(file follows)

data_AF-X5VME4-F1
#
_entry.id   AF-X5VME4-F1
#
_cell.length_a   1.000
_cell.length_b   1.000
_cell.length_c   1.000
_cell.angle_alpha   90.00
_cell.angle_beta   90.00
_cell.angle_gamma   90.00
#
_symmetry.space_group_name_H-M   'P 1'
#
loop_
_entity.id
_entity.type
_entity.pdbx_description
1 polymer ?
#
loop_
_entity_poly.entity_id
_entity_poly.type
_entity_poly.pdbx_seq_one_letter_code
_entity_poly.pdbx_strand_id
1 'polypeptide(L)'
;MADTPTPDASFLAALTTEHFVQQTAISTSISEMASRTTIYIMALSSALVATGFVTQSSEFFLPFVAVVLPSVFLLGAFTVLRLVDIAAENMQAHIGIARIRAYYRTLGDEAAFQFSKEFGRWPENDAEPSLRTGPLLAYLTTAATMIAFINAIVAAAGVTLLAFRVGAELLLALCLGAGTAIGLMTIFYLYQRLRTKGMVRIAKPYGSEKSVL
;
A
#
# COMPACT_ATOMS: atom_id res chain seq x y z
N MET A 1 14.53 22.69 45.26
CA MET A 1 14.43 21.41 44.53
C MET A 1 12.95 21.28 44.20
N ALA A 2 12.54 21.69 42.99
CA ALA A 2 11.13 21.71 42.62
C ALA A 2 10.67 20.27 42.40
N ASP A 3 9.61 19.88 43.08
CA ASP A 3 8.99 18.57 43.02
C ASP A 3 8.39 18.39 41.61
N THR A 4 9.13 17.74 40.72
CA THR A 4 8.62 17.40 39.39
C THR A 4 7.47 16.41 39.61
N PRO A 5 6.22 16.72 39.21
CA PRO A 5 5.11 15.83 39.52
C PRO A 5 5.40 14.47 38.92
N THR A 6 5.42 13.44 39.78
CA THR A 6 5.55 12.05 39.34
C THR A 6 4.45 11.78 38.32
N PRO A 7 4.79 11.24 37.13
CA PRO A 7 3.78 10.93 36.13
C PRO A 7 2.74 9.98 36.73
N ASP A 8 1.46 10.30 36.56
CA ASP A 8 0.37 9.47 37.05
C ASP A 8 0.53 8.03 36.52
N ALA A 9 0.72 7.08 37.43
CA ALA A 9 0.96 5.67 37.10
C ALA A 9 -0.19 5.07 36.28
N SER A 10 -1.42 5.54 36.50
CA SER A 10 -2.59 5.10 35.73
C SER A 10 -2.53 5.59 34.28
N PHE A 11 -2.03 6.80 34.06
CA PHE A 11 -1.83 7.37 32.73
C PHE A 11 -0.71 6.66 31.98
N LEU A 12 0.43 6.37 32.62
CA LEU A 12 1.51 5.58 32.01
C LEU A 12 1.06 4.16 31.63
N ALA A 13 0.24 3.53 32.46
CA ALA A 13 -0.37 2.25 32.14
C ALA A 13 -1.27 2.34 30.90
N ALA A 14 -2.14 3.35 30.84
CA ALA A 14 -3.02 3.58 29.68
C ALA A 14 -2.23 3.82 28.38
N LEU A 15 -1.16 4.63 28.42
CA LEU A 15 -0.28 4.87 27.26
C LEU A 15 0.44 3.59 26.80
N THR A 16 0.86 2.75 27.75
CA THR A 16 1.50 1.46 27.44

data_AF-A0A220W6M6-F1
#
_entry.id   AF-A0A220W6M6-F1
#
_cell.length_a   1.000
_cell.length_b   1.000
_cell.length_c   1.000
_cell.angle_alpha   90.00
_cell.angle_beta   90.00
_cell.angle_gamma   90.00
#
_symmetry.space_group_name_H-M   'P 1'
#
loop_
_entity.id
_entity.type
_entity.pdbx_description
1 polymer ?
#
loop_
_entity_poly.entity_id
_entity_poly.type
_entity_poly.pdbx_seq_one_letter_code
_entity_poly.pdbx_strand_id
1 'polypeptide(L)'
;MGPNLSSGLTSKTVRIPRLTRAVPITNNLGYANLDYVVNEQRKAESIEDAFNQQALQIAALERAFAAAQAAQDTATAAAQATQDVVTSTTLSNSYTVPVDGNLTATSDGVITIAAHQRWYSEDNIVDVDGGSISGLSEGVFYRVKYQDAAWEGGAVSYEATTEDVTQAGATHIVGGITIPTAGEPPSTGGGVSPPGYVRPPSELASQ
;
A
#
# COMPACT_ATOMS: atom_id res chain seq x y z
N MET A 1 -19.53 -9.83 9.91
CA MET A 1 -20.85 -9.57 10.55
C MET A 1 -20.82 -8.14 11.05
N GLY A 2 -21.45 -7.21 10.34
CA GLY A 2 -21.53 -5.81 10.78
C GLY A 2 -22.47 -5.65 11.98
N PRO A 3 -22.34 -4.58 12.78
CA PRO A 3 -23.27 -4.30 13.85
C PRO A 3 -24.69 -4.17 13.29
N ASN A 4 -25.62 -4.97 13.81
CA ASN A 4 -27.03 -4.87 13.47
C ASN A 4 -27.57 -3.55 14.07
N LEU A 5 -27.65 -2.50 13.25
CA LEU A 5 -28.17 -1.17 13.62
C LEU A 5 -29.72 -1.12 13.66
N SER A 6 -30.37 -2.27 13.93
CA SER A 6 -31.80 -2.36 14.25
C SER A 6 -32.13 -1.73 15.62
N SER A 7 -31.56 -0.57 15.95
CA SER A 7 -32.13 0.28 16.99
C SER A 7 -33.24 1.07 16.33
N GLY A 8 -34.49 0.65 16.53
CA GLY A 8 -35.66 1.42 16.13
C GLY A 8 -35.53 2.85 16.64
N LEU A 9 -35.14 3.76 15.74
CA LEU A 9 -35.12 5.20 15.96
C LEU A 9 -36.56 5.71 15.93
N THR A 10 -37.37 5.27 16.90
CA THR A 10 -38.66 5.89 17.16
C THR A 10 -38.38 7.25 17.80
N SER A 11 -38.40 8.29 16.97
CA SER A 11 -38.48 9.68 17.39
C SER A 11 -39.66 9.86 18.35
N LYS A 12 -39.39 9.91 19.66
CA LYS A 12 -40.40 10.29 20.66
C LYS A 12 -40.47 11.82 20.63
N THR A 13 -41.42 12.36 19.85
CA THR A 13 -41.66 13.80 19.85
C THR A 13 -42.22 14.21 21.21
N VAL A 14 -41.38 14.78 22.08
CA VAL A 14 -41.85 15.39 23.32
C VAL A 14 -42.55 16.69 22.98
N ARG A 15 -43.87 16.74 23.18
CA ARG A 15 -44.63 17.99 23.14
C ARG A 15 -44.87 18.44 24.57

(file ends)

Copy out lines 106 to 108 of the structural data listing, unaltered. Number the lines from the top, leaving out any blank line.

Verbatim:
#
# COMPACT_ATOMS: atom_id res chain seq x y z
N MET A 1 -19.53 -9.83 9.91